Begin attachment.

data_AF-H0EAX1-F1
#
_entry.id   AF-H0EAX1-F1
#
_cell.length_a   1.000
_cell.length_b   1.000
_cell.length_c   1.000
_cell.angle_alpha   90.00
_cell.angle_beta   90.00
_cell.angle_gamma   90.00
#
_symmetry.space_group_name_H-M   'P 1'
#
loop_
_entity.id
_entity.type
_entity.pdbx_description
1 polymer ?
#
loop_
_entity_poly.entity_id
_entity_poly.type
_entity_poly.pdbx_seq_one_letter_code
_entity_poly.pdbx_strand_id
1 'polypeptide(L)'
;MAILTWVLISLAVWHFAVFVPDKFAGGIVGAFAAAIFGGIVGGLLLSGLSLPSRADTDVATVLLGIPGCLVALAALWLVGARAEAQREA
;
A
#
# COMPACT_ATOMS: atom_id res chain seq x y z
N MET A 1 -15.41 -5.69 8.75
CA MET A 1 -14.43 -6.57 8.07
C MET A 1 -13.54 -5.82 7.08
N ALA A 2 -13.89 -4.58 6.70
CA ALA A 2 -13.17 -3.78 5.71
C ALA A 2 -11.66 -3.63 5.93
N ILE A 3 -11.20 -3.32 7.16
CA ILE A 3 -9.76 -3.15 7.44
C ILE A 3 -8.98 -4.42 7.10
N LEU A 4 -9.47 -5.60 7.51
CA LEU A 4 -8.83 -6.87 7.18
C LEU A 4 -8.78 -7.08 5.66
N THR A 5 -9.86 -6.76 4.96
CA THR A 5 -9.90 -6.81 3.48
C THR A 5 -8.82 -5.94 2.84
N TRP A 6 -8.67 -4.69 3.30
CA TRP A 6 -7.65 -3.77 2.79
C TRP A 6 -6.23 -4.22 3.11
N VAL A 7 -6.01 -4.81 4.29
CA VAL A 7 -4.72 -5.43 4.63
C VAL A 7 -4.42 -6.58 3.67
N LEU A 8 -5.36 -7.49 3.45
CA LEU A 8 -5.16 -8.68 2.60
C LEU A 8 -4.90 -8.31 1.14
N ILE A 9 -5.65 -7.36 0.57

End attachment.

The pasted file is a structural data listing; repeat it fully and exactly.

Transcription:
data_AF-H0EAX1-F1
#
_entry.id   AF-H0EAX1-F1
#
_cell.length_a   1.000
_cell.length_b   1.000
_cell.length_c   1.000
_cell.angle_alpha   90.00
_cell.angle_beta   90.00
_cell.angle_gamma   90.00
#
_symmetry.space_group_name_H-M   'P 1'
#
loop_
_entity.id
_entity.type
_entity.pdbx_description
1 polymer ?
#
loop_
_entity_poly.entity_id
_entity_poly.type
_entity_poly.pdbx_seq_one_letter_code
_entity_poly.pdbx_strand_id
1 'polypeptide(L)'
;MAILTWVLISLAVWHFAVFVPDKFAGGIVGAFAAAIFGGIVGGLLLSGLSLPSRADTDVATVLLGIPGCLVALAALWLVGARAEAQREA
;
A
#
# COMPACT_ATOMS: atom_id res chain seq x y z
N MET A 1 -15.41 -5.69 8.75
CA MET A 1 -14.43 -6.57 8.07
C MET A 1 -13.54 -5.82 7.08
N ALA A 2 -13.89 -4.58 6.70
CA ALA A 2 -13.17 -3.78 5.71
C ALA A 2 -11.66 -3.63 5.93
N ILE A 3 -11.20 -3.32 7.16
CA ILE A 3 -9.76 -3.15 7.44
C ILE A 3 -8.98 -4.42 7.10
N LEU A 4 -9.47 -5.60 7.51
CA LEU A 4 -8.83 -6.87 7.18
C LEU A 4 -8.78 -7.08 5.66
N THR A 5 -9.86 -6.76 4.96
CA THR A 5 -9.90 -6.81 3.48
C THR A 5 -8.82 -5.94 2.84
N TRP A 6 -8.67 -4.69 3.30
CA TRP A 6 -7.65 -3.77 2.79
C TRP A 6 -6.23 -4.22 3.11
N VAL A 7 -6.01 -4.81 4.29
CA VAL A 7 -4.72 -5.43 4.63
C VAL A 7 -4.42 -6.58 3.67
N LEU A 8 -5.36 -7.49 3.45
CA LEU A 8 -5.16 -8.68 2.60
C LEU A 8 -4.90 -8.31 1.14
N ILE A 9 -5.65 -7.36 0.57